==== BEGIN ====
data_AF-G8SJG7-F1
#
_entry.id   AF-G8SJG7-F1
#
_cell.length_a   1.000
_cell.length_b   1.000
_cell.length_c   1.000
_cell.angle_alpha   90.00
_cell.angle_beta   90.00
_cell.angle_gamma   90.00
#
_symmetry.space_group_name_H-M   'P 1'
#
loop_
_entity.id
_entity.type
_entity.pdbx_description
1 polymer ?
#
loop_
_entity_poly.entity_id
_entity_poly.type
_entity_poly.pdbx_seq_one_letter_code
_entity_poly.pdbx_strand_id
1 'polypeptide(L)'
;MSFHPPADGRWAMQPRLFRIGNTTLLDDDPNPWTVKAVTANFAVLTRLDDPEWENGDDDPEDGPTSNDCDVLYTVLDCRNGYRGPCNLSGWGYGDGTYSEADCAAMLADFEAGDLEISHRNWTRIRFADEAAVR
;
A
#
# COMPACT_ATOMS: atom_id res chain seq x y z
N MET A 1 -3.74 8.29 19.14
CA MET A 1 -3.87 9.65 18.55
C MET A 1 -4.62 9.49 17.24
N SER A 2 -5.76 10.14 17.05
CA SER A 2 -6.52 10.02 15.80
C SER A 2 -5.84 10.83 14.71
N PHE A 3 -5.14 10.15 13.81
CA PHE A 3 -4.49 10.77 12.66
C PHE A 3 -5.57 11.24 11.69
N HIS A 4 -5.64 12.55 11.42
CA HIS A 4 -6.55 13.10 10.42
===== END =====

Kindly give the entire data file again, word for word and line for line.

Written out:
data_AF-G8SJG7-F1
#
_entry.id   AF-G8SJG7-F1
#
_cell.length_a   1.000
_cell.length_b   1.000
_cell.length_c   1.000
_cell.angle_alpha   90.00
_cell.angle_beta   90.00
_cell.angle_gamma   90.00
#
_symmetry.space_group_name_H-M   'P 1'
#
loop_
_entity.id
_entity.type
_entity.pdbx_description
1 polymer ?
#
loop_
_entity_poly.entity_id
_entity_poly.type
_entity_poly.pdbx_seq_one_letter_code
_entity_poly.pdbx_strand_id
1 'polypeptide(L)'
;MSFHPPADGRWAMQPRLFRIGNTTLLDDDPNPWTVKAVTANFAVLTRLDDPEWENGDDDPEDGPTSNDCDVLYTVLDCRNGYRGPCNLSGWGYGDGTYSEADCAAMLADFEAGDLEISHRNWTRIRFADEAAVR
;
A
#
# COMPACT_ATOMS: atom_id res chain seq x y z
N MET A 1 -3.74 8.29 19.14
CA MET A 1 -3.87 9.65 18.55
C MET A 1 -4.62 9.49 17.24
N SER A 2 -5.76 10.14 17.05
CA SER A 2 -6.52 10.02 15.80
C SER A 2 -5.84 10.83 14.71
N PHE A 3 -5.14 10.15 13.81
CA PHE A 3 -4.49 10.77 12.66
C PHE A 3 -5.57 11.24 11.69
N HIS A 4 -5.64 12.55 11.42
CA HIS A 4 -6.55 13.10 10.42